May 11, 2018

Essential Doc Reads: Week of May 7

From PJ Raval's 'Call Her Ganda'

Essential Doc Reads is a weekly feature in which the IDA staff recommends recent pieces about the documentary form and its processes. Here we feature think pieces and important news items from around the Internet, and articles from the Documentary magazine archive. We hope you enjoy!

At, James Rose examines four ways that journalism is under attack around the world.

As journalists, society’s eminent storytellers, lose their jobs and their industry implodes, the privilege of whom actually gets to tell the story, to articulate immanence, is up for grabs. Governments, like corporations, have found ways to game the vacuum, ensuring their agendas and narratives are secured, unfiltered and unexamined, in the vaults of public fact. As a result, the ability of global citizens to make informed decisions is severely impaired.

From the Film Independent blog, Anthony Ferranti has polled a strong cross-section of docmakers for their insights into optimal gear for their process.

Story is king, but a king cannot stand alone. Which is why choosing the right equipment can have a significant impact on how you construct your narrative. There are a lot of things to consider here. I'm going to approach making these choices from several angles, all with the help of some very generous and extremely talented nonfiction filmmakers.

From Filmmaker, Lauren Wissot talks to PJ Raval about his latest film, Call Her Ganda, about the murder of a Filipina trans sex worker at the hands of a US Marine.

It's not a coincidence the subjects of Call Her Ganda are all women and trans women. In the Philippines, at the forefront of this movement were those who have been constantly subjected to violence and abuse due to increased militarization—not only women, queer women, trans women, and women-identified individuals, but also mothers, daughters, and sisters. But the Philippines has always had strong female leaders—there was a woman president long before the US had even had a woman presidential nominee. The Philippines also has one of the first openly trans congress members. So in a lot of ways the Philippines is much more gender-inclusive and progressive than "the West."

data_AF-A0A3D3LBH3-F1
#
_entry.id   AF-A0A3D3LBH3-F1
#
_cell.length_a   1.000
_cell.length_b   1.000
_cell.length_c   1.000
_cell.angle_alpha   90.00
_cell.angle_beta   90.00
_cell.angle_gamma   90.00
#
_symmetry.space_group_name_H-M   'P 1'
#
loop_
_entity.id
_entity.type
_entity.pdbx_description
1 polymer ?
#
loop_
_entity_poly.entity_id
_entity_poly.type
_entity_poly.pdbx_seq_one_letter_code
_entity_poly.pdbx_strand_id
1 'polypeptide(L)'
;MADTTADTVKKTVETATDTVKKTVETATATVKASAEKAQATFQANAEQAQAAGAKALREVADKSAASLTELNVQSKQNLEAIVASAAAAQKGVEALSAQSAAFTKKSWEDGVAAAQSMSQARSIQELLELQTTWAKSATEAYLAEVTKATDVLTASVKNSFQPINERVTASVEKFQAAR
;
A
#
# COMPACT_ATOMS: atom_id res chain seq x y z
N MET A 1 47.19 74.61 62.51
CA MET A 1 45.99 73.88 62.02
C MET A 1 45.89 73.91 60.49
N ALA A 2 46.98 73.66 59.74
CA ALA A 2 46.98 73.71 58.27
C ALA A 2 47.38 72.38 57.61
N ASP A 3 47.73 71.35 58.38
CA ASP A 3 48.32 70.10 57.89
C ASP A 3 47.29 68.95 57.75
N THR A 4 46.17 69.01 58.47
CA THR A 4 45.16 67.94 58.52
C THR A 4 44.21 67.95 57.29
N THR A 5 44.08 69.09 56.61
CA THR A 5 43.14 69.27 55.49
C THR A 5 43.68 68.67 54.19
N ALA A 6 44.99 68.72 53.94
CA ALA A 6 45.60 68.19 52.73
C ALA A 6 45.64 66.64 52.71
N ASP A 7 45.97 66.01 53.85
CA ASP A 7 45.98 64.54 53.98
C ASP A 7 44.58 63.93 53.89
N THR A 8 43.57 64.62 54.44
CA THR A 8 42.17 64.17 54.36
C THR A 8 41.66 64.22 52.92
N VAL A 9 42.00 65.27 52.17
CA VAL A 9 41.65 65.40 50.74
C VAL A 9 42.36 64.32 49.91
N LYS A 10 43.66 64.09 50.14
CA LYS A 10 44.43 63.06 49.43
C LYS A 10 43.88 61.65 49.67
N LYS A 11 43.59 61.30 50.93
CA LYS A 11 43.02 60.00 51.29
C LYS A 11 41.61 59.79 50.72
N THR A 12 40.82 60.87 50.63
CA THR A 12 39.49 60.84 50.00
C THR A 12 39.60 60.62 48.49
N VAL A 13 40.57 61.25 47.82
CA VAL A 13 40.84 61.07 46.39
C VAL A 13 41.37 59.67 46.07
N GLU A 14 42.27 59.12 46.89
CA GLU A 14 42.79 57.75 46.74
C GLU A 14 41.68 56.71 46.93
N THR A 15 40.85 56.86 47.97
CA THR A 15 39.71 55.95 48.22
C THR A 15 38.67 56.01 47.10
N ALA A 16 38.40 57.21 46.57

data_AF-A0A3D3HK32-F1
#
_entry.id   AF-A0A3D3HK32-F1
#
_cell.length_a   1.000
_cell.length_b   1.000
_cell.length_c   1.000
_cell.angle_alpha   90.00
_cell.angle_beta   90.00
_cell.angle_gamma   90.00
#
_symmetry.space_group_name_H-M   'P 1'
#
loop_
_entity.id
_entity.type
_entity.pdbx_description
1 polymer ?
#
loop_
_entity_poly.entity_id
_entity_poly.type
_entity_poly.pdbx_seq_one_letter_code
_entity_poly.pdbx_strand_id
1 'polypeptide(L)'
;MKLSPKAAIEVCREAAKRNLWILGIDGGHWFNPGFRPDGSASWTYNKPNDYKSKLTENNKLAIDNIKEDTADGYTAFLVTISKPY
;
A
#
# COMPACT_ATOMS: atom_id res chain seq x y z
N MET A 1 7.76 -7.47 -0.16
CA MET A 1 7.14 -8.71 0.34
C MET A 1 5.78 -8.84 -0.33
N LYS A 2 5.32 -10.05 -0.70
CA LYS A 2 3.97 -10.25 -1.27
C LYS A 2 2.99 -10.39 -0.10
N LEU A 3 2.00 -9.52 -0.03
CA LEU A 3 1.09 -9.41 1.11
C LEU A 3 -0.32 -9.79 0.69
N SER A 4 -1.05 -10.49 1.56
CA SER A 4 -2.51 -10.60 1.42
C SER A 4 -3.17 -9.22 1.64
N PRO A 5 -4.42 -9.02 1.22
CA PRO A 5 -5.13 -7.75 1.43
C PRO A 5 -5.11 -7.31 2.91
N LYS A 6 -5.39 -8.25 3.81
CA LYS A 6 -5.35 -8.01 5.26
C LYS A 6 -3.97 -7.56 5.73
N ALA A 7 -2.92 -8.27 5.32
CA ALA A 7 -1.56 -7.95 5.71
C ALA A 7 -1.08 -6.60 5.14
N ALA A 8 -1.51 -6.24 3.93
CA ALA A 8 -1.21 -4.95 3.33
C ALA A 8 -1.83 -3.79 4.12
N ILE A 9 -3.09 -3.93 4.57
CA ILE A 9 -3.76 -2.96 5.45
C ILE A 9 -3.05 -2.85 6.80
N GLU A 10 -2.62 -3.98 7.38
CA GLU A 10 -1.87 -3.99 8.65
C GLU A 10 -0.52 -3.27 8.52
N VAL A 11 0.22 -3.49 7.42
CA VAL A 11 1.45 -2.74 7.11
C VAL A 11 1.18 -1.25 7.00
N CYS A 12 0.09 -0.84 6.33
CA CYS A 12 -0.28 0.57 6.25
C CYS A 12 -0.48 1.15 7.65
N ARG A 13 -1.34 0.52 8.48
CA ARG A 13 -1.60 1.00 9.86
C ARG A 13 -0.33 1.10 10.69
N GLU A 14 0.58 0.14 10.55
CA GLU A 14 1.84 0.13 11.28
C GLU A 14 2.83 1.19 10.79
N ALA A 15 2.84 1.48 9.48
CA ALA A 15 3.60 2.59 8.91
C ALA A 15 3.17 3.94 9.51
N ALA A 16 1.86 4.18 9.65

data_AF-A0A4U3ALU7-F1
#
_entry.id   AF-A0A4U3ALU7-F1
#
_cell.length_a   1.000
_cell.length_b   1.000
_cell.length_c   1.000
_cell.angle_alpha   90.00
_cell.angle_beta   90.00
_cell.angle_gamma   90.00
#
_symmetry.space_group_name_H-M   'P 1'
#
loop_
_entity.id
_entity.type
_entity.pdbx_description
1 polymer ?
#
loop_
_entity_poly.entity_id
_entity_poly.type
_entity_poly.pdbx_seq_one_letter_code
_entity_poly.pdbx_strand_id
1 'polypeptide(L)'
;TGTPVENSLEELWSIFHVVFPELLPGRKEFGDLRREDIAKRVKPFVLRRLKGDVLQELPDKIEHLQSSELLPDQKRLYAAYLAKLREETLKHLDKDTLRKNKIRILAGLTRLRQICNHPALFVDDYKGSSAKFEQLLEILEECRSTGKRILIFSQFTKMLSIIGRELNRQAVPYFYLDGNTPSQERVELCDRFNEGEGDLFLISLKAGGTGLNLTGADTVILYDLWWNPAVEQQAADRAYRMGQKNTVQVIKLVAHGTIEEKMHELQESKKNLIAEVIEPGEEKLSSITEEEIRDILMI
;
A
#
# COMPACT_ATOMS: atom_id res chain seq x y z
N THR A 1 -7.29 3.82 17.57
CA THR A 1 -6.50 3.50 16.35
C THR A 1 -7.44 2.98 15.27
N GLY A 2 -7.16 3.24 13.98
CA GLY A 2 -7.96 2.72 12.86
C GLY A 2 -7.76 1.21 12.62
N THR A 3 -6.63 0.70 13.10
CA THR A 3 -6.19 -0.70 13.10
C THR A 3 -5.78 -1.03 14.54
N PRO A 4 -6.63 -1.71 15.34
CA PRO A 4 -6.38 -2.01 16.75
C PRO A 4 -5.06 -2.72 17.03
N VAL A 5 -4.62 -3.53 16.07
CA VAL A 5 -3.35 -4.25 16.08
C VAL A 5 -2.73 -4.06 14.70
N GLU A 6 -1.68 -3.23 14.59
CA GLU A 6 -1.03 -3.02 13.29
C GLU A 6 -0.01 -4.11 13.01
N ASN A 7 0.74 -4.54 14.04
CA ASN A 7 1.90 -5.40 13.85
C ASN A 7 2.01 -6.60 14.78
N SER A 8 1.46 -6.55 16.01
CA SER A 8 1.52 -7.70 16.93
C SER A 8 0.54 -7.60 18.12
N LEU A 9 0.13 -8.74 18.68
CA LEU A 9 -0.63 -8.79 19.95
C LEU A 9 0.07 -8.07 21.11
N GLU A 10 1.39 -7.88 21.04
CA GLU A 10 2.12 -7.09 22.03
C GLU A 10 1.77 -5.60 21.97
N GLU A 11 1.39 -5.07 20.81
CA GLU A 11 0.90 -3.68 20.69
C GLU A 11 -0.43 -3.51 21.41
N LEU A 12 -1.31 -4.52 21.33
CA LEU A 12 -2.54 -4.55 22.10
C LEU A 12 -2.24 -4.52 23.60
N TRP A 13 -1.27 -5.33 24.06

From, New Zealand filmmaker Dan Sadgrove talks about his life as a globe-trotting philosopher/filmmaker.

I always go back to this quote by Warner Herzog. He says, "filmmaking—like great literature—must have experience of life at its foundation." Go walk on foot, learn crafts and trades. Get away from cinema completely. All of my films are based on my experiences in life, so I think studying filmmaking didn’t do as much as being out in the world. The way I work—I'm not really sure about other filmmakers—but I get most of my ideas from just exploring. 

From the Archives: April 2017: "Center for Media at Risk Launches as Bulwark Against Global Political Intimadation"

There are a couple of ways in which this is a little bit different than any other quasi-similar endeavor out there. One, we're thinking globally. We're thinking, Why is it that the courts get involved in certain countries and harassment techniques [are practiced] in other countries? We're thinking across media platforms, so it's not just documentary. It's also journalism and it's entertainment and it's digital practice for as much as those can be distinct from each other. So not to get all of these different forms speaking with each other and practitioners in each of these different entities aware of what's going on across the board, I think, is a real mistake.

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